Category Archives: Nascom-1

RetroChallenge 2017/10 – Mid challenge – all the red herrings.

Oh now this is getting a bit disappointing.

It was a bit too much to think the tri-state buffers had failed and changing them one by one made no difference. Hmm.

I think that the screen memory is OK because the noise on the screen shows each of the bits both set and cleared so no sticky bits either high or low.

I wrote a noddy program and blew ROM just to clear the video RAM and nothing else. It didn’t fix anything but, on reset it tends to look a bit different. I’m not sure what any of this means.

Sometimes I do wish I could get an old machine and it would just work.

Never mind. More next time.


RetroChallenge 2017/10 – Purely by coincidence

So here’s a thing. I recently met up with an old acquaintance who I hadn’t seen in years and as we’re both retro-computing fans we were talking about old machines.

I have just received an email from an old acquaintance of mine who is a dedicated retro-computing fan and has spotted my plight in these pages after following me on Twitter (@acollins22 if you’re interested).

He mentioned that he had had a similar problem on a Nascom a few years ago and it was caused by a buffer failing. Now I know this is wishful thinking but it’s worth a look.

The chip in question was an 81LS97, a 3-STATE Octal Buffer.

I’m not the most familiar with this to be honest, a keen amateur. My take on this is that Y1 will equal A1 when _G1_ is low. At other times it will be tri-stated. The other pairs (A2-Y2, A3-Y3 and A4-Y4 will do the same).

Is this right.

I wired up my old Blackstar logic analyser to IC47, the 81ls97 as follows…

  • CH0 – _G1_
  • CH1 – A1
  • CH2 – Y1
  • CH3 – A2
  • CH4 – Y2
  • CH5 – A3
  • CH6 – Y3
  • CH7 – A4

It’s set to trigger on CH0 being low. This is what we get.

What I see here is CH0 going low and so the outputs are enabled. Surely that means that CH4 should echo CH3 but as you’ll see, it doesn’t.

Does that mean I have a faulty 81LS97 or a faulty understanding of what’s going on. It seems a coincidence that a friend tells me how he fixed his Nascom and mine has the same fault but the trace above suggests just that.


RetroChallenge 2017/10 – More things it’s not

Having checked the clocks and finding things look well, it’s time to see if the ROMs are OK.

The Nascom uses 2708 EPROMs. These are 1k by 8 bits and must have been one of the first EPROMs available. The problem with them is that they need three different voltage rails and most modern EPROM programmers can’t do that. Even my old Stag won’t. :-(.

I can program 2716s however as these only need a single 5V rail and thanks to tkc8800 I was able to make a couple of plug in adapters so I can use the bottom half of two 2716s to replace the 2708s.

I have now put Nassys3 in the two 2716s and tried that.

Still the same… Arrgghhh!


RetroChallenge 2017/10 – Still looking for clues

In my last post I was suspecting the clocks.

Now I’m not so sure there is a problem with the clocks. Having traced them through everything looks fine. I’m not sure what I was doing wrong but the symptoms haven’t changed but I’m seeing bus activity now and also the _CS_ on the main 2708 EPROM is wiggling around as I suspect it should.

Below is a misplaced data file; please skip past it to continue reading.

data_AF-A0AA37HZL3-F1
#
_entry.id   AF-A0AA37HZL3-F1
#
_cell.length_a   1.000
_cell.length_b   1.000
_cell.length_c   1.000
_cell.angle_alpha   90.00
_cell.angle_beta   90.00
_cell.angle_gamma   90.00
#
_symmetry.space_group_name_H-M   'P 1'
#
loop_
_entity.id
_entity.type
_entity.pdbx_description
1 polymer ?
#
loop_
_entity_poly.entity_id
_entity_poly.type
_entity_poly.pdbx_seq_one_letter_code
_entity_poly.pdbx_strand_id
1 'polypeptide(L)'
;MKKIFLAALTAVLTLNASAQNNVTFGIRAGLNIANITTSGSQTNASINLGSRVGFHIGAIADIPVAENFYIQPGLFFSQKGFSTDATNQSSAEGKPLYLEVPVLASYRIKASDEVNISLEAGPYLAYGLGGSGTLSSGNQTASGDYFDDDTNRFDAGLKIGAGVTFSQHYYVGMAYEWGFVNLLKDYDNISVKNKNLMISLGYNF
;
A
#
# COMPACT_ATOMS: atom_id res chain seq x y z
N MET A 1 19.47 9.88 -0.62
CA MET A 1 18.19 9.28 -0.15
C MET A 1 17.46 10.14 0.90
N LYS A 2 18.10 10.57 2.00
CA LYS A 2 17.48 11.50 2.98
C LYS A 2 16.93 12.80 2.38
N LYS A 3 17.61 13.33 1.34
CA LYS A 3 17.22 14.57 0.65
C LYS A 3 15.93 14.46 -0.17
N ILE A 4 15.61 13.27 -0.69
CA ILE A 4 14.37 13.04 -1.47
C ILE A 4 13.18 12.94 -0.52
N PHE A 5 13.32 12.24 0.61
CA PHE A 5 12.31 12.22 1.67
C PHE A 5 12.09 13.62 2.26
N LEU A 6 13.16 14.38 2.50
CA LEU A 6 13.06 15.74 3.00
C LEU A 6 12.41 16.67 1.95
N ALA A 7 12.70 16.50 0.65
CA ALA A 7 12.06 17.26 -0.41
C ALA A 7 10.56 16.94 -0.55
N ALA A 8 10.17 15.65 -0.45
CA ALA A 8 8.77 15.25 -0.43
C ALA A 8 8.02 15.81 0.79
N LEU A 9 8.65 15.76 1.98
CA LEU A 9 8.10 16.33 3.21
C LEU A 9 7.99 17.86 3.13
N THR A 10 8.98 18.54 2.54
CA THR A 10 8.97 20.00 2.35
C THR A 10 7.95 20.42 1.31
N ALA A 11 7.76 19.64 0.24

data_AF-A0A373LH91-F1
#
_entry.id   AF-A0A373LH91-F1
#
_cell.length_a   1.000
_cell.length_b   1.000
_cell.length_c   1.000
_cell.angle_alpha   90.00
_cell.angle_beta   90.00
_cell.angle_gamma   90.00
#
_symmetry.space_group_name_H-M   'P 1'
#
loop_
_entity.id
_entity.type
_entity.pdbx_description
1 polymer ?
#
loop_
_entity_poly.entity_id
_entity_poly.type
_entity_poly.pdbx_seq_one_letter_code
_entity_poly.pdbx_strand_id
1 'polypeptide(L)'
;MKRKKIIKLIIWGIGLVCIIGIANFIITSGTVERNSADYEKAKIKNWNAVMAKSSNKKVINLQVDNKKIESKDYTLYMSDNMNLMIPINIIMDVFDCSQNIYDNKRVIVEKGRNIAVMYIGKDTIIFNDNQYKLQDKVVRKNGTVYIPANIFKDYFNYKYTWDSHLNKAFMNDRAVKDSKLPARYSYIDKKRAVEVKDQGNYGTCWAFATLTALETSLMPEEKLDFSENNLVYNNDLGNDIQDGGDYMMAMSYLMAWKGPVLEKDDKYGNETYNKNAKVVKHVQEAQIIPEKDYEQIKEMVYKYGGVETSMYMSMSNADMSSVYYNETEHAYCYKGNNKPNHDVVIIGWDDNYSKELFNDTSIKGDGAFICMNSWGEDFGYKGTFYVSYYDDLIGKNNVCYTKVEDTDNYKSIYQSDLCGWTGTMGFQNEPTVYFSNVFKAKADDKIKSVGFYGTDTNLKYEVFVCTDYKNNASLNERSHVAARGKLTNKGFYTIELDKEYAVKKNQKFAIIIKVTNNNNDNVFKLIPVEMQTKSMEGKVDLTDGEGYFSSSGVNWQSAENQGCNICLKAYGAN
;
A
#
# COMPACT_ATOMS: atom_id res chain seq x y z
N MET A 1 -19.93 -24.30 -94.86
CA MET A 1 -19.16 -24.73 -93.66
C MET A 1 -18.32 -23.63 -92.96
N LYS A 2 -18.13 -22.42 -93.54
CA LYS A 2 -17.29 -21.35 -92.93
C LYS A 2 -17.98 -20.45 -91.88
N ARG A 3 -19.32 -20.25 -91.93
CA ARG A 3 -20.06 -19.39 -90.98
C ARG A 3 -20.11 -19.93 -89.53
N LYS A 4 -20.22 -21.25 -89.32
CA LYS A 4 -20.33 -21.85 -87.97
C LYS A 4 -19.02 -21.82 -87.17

I’ll see if I can read the EPROM and see if it has bit-rot.

EDIT…. It turns out my programmer can’t read 2708s. Doh.

RetroChallenge 2017/10 – and the beat goes on

Yesterday I checked the voltages with my DMV and everything looked OK. Today I checked with the ‘scope just to check for ripple and they all look pretty clean to me.


I also saw that there was a running clock but overnight I became increasing worried that it wasn’t a very good clock.

Here’s the circuit…

It doesn’t look too tricky.

Check with the scope.

A scope trace shows it’s a bit funny. I’m not sure quite what the Z80 needs but I thought it should have a better back edge than that.

More thought needed.

RetroChallenge 2017/10 – Let’s see what we’re up against

So, it starts.

In my last post I said that I intended to fix my newly acquired but already much loved Nascom-1.

Up until now I hadn’t even powered it on but the time has come.


So that’s it, random nonsense. The reset button makes the screen flicker but the nonsense doesn’t change.

The previous owner said that he had tried a new CPU, cleaning all of the tarnish of the chips and the 74LS139 and 74LS11 associated with the video RAM address decoding.

He’s clearly better at this than I am but I’m still going to try and get this old one going.

First things first

Out with the multimeter and check the power supply. There are three rails; 5V, -5V, 12V and -12V. Helpfully there are four LEDS on the PSU board and they are all lit up. Also, the meter confirms that all are present and correct.

The bits on the bus go up and down

Sadly actually most of them don’t. I fired up the oscilloscope and looked at the signals on the pins of the Z80 CPU. There is very little activity. There is a clock signal on pin 6. MREQ is toggling. There is little else. There is no activity on M1 that signals the start of an instruction. The data pins are all high as are the address pins.

Surely there should be activity on the address bus?

That’s it for Today. I will read up on bus access and try to see why the address lines aren’t changing.